“These awards are such an amazing opportunity for early career researchers. Life as a scientist comes with a lot of rejection, so it means the world to know that people are excited by our work and willing to support our ideas. This funding will enable me to keep pursuing my research, and honestly I can’t wait to get back in the lab and start spending it!”Dr Elinor Hortle, Centenary Institute, winner of the 2019 Bayer Innovation Award and the Harvard Club of Australia Foundation Travel Award.
In Memory of Neil Lawrence Prize sponsored by Commonwealth Private
The winner of the In Memory of Neil Lawrence Prize will receive $30,000 to support their project and a perpetual Nick Mount hand blown glass trophy.
Bayer Innovation Award
The runner-up will receive $15,000 to continue to develop their research.
Harvard Club of Australia Foundation
The recipient of this prize will be awarded $5,000 for the purpose of travelling to Harvard University, Boston, Massachusetts, USA.
A People’s Choice Award will be voted on by the general public and research community and the successful applicant will be awarded a $2,000 prize.
The Prize’s stellar line-up of adjudicators comprises of some of the most distinguished and prestigious scientists around the world including members of the Centenary Institute Scientific Advisory Board.
Professor Ashley Bush
Director of the Oxidation Biology Unit at the Florey Institute of Neuroscience and Mental Health.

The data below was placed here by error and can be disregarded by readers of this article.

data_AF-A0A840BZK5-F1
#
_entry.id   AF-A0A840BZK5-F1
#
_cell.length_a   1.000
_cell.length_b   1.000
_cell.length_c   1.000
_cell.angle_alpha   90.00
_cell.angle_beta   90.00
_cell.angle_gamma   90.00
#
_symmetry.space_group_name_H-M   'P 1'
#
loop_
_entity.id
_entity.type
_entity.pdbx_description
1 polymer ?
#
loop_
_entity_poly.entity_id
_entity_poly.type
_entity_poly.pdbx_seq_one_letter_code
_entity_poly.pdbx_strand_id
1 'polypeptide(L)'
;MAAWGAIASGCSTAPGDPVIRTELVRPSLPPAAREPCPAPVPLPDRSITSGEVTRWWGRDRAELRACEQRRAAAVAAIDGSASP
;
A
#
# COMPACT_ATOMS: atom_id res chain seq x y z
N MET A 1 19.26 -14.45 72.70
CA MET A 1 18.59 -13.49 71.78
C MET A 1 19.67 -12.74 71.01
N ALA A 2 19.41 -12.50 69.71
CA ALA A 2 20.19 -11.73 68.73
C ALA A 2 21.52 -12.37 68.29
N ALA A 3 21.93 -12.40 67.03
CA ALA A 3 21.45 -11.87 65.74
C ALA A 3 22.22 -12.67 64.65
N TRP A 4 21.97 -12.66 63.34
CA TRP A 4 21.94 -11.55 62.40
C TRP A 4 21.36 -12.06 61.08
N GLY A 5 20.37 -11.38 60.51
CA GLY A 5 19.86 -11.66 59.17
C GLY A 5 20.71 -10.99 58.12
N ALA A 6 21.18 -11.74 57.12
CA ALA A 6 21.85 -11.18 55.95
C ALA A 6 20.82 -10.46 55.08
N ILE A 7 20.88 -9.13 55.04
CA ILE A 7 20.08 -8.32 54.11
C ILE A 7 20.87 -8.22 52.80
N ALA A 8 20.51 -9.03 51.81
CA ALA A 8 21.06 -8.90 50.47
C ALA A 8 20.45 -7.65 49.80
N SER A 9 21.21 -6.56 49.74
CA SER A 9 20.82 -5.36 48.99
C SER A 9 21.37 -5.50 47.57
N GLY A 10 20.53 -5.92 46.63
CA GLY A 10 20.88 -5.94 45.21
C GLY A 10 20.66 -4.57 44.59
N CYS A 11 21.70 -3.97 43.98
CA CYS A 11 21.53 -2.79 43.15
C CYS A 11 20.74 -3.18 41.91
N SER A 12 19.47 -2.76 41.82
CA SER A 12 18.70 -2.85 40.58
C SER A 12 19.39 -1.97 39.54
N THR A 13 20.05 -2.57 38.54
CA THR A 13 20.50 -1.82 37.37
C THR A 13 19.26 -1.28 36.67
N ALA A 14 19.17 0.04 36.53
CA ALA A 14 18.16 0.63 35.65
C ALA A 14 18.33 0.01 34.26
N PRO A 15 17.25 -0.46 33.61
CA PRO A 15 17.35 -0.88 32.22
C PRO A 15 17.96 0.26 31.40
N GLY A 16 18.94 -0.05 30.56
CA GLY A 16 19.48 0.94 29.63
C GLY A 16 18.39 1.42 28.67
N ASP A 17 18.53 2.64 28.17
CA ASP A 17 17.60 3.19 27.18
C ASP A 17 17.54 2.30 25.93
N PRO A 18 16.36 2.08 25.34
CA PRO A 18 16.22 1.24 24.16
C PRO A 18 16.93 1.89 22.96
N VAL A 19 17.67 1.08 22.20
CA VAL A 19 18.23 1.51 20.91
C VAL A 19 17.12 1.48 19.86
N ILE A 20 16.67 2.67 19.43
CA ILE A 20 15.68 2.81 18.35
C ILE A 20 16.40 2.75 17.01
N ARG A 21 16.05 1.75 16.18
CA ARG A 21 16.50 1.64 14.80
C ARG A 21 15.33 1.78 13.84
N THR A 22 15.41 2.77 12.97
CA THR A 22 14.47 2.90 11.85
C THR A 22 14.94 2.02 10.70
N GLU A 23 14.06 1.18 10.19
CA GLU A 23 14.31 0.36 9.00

Professor Sir Marc Feldmann AC
Head, Kennedy Institute of Rheumatology, leads the Cytokine and Cellular Biology section, University of Oxford, UK.
Professor Ian Frazer AC
Translational Research Institute Ambassador and Chair of TRI Foundation Board, The University of Queensland Diamantina Institute, Queensland, AUS
Professor Michael Good AO
Institute of Glycomics, Griffith University, Gold Coast Campus, Queensland, AUS.
Professor Michael W Parker
Director, Bio21 Molecular Science and Biotechnology Institute (Bio21 Institute), Professor, Department of Biochemistry and Molecular Biology, University of Melbourne and Head of Structural Biology ACRF Drug Discovery Centre, St. Vincent’s Institute of Medical Research.
Professor Jenny Stow
Group Leader, Institute for Molecular Bioscience (IMB), The University of Queensland, AUS.
Professor Mathew Vadas AO
Executive Director, Centenary Institute, New South Wales, AUS.
Professor Jane Visvader
Joint Head, ACRF Cancer Biology and Stem Cells, Walter and Eliza Hall Institute of Medical Research, Victoria, AUS.
2018 – Dr Kate McArthur, Monash University* (Victoria)